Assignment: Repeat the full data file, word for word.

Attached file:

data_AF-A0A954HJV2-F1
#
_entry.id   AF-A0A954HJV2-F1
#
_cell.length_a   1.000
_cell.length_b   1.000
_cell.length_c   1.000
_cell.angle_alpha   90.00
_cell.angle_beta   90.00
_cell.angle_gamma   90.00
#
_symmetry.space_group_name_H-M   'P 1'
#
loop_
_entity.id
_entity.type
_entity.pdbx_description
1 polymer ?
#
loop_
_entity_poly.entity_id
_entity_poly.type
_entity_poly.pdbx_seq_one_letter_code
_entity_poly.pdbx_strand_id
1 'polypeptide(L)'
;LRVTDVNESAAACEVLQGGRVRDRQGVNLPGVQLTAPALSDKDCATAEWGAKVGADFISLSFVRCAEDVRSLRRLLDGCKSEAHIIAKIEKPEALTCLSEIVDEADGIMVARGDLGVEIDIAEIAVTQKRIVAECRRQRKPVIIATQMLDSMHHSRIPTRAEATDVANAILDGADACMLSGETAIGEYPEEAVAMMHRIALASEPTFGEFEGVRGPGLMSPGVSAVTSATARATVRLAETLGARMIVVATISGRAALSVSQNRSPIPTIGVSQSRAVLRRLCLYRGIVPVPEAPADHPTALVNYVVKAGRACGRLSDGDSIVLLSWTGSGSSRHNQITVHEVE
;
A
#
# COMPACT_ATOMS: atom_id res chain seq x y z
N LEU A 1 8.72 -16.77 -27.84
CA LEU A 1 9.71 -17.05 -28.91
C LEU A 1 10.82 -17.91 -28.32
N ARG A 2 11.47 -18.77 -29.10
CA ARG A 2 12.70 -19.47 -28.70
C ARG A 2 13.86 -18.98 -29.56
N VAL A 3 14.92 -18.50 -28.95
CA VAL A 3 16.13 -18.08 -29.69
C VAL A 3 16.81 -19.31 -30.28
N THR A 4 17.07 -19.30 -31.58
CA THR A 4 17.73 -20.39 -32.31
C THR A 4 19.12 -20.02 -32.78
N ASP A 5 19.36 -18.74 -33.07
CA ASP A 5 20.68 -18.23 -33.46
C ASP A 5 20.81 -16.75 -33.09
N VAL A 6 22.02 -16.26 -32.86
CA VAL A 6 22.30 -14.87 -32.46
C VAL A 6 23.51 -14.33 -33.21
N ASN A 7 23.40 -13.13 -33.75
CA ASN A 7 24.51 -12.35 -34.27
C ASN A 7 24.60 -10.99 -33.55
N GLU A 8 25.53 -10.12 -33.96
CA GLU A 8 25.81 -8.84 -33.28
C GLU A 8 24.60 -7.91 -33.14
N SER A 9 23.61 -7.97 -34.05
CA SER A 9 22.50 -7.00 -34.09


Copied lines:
data_AF-A0A954HJV2-F1
#
_entry.id   AF-A0A954HJV2-F1
#
_cell.length_a   1.000
_cell.length_b   1.000
_cell.length_c   1.000
_cell.angle_alpha   90.00
_cell.angle_beta   90.00
_cell.angle_gamma   90.00
#
_symmetry.space_group_name_H-M   'P 1'
#
loop_
_entity.id
_entity.type
_entity.pdbx_description
1 polymer ?
#
loop_
_entity_poly.entity_id
_entity_poly.type
_entity_poly.pdbx_seq_one_letter_code
_entity_poly.pdbx_strand_id
1 'polypeptide(L)'
;LRVTDVNESAAACEVLQGGRVRDRQGVNLPGVQLTAPALSDKDCATAEWGAKVGADFISLSFVRCAEDVRSLRRLLDGCKSEAHIIAKIEKPEALTCLSEIVDEADGIMVARGDLGVEIDIAEIAVTQKRIVAECRRQRKPVIIATQMLDSMHHSRIPTRAEATDVANAILDGADACMLSGETAIGEYPEEAVAMMHRIALASEPTFGEFEGVRGPGLMSPGVSAVTSATARATVRLAETLGARMIVVATISGRAALSVSQNRSPIPTIGVSQSRAVLRRLCLYRGIVPVPEAPADHPTALVNYVVKAGRACGRLSDGDSIVLLSWTGSGSSRHNQITVHEVE
;
A
#
# COMPACT_ATOMS: atom_id res chain seq x y z
N LEU A 1 8.72 -16.77 -27.84
CA LEU A 1 9.71 -17.05 -28.91
C LEU A 1 10.82 -17.91 -28.32
N ARG A 2 11.47 -18.77 -29.10
CA ARG A 2 12.70 -19.47 -28.70
C ARG A 2 13.86 -18.98 -29.56
N VAL A 3 14.92 -18.50 -28.95
CA VAL A 3 16.13 -18.08 -29.69
C VAL A 3 16.81 -19.31 -30.28
N THR A 4 17.07 -19.30 -31.58
CA THR A 4 17.73 -20.39 -32.31
C THR A 4 19.12 -20.02 -32.78
N ASP A 5 19.36 -18.74 -33.07
CA ASP A 5 20.68 -18.23 -33.46
C ASP A 5 20.81 -16.75 -33.09
N VAL A 6 22.02 -16.26 -32.86
CA VAL A 6 22.30 -14.87 -32.46
C VAL A 6 23.51 -14.33 -33.21
N ASN A 7 23.40 -13.13 -33.75
CA ASN A 7 24.51 -12.35 -34.27
C ASN A 7 24.60 -10.99 -33.55
N GLU A 8 25.53 -10.12 -33.96
CA GLU A 8 25.81 -8.84 -33.28
C GLU A 8 24.60 -7.91 -33.14
N SER A 9 23.61 -7.97 -34.05
CA SER A 9 22.50 -7.00 -34.09